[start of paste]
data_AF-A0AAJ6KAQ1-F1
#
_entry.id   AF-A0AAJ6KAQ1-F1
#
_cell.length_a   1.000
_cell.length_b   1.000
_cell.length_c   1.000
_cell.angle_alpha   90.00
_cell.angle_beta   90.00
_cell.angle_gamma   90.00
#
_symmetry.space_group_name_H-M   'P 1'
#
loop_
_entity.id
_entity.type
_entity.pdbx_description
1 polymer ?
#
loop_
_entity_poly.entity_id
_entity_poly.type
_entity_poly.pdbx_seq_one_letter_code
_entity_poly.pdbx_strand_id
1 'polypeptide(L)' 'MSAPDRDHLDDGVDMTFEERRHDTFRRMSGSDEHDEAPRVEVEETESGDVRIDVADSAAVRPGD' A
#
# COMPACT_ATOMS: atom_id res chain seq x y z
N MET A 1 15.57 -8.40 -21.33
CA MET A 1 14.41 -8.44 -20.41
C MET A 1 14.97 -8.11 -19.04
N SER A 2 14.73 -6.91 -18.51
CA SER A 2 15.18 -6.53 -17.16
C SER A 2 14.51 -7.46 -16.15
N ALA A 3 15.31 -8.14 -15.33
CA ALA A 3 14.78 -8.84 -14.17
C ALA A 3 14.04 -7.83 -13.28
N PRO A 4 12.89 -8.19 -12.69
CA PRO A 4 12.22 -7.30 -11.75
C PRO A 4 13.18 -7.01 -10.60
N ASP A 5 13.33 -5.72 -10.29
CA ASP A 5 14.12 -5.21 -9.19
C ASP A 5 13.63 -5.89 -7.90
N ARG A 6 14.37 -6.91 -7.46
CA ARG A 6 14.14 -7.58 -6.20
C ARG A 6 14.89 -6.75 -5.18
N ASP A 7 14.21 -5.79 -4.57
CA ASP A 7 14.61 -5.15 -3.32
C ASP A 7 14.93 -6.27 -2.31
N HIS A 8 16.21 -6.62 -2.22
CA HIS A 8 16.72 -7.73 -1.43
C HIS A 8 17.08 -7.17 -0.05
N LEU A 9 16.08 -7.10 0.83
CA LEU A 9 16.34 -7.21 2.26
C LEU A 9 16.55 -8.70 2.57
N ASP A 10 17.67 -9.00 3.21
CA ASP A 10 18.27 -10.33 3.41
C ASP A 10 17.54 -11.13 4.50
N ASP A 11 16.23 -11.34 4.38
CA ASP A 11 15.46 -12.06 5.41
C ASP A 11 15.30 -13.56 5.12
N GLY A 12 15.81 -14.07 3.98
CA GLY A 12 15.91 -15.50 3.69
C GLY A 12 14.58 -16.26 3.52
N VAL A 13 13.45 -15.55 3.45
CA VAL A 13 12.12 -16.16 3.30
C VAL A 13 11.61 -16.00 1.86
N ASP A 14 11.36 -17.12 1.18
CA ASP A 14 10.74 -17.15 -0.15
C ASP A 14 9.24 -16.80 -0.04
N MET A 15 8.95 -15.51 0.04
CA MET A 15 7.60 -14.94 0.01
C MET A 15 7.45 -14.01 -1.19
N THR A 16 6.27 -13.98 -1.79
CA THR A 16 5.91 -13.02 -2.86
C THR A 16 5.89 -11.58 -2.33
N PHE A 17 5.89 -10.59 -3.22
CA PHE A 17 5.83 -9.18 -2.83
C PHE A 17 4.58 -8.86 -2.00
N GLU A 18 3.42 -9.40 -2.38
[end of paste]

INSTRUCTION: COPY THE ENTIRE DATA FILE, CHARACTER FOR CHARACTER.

data_AF-A0AAJ6KAQ1-F1
#
_entry.id   AF-A0AAJ6KAQ1-F1
#
_cell.length_a   1.000
_cell.length_b   1.000
_cell.length_c   1.000
_cell.angle_alpha   90.00
_cell.angle_beta   90.00
_cell.angle_gamma   90.00
#
_symmetry.space_group_name_H-M   'P 1'
#
loop_
_entity.id
_entity.type
_entity.pdbx_description
1 polymer ?
#
loop_
_entity_poly.entity_id
_entity_poly.type
_entity_poly.pdbx_seq_one_letter_code
_entity_poly.pdbx_strand_id
1 'polypeptide(L)' 'MSAPDRDHLDDGVDMTFEERRHDTFRRMSGSDEHDEAPRVEVEETESGDVRIDVADSAAVRPGD' A
#
# COMPACT_ATOMS: atom_id res chain seq x y z
N MET A 1 15.57 -8.40 -21.33
CA MET A 1 14.41 -8.44 -20.41
C MET A 1 14.97 -8.11 -19.04
N SER A 2 14.73 -6.91 -18.51
CA SER A 2 15.18 -6.53 -17.16
C SER A 2 14.51 -7.46 -16.15
N ALA A 3 15.31 -8.14 -15.33
CA ALA A 3 14.78 -8.84 -14.17
C ALA A 3 14.04 -7.83 -13.28
N PRO A 4 12.89 -8.19 -12.69
CA PRO A 4 12.22 -7.30 -11.75
C PRO A 4 13.18 -7.01 -10.60
N ASP A 5 13.33 -5.72 -10.29
CA ASP A 5 14.12 -5.21 -9.19
C ASP A 5 13.63 -5.89 -7.90
N ARG A 6 14.37 -6.91 -7.46
CA ARG A 6 14.14 -7.58 -6.20
C ARG A 6 14.89 -6.75 -5.18
N ASP A 7 14.21 -5.79 -4.57
CA ASP A 7 14.61 -5.15 -3.32
C ASP A 7 14.93 -6.27 -2.31
N HIS A 8 16.21 -6.62 -2.22
CA HIS A 8 16.72 -7.73 -1.43
C HIS A 8 17.08 -7.17 -0.05
N LEU A 9 16.08 -7.10 0.83
CA LEU A 9 16.34 -7.21 2.26
C LEU A 9 16.55 -8.70 2.57
N ASP A 10 17.67 -9.00 3.21
CA ASP A 10 18.27 -10.33 3.41
C ASP A 10 17.54 -11.13 4.50
N ASP A 11 16.23 -11.34 4.38
CA ASP A 11 15.46 -12.06 5.41
C ASP A 11 15.30 -13.56 5.12
N GLY A 12 15.81 -14.07 3.98
CA GLY A 12 15.91 -15.50 3.69
C GLY A 12 14.58 -16.26 3.52
N VAL A 13 13.45 -15.55 3.45
CA VAL A 13 12.12 -16.16 3.30
C VAL A 13 11.61 -16.00 1.86
N ASP A 14 11.36 -17.12 1.18
CA ASP A 14 10.74 -17.15 -0.15
C ASP A 14 9.24 -16.80 -0.04
N MET A 15 8.95 -15.51 0.04
CA MET A 15 7.60 -14.94 0.01
C MET A 15 7.45 -14.01 -1.19
N THR A 16 6.27 -13.98 -1.79
CA THR A 16 5.91 -13.02 -2.86
C THR A 16 5.89 -11.58 -2.33
N PHE A 17 5.89 -10.59 -3.22
CA PHE A 17 5.83 -9.18 -2.83
C PHE A 17 4.58 -8.86 -2.00
N GLU A 18 3.42 -9.40 -2.38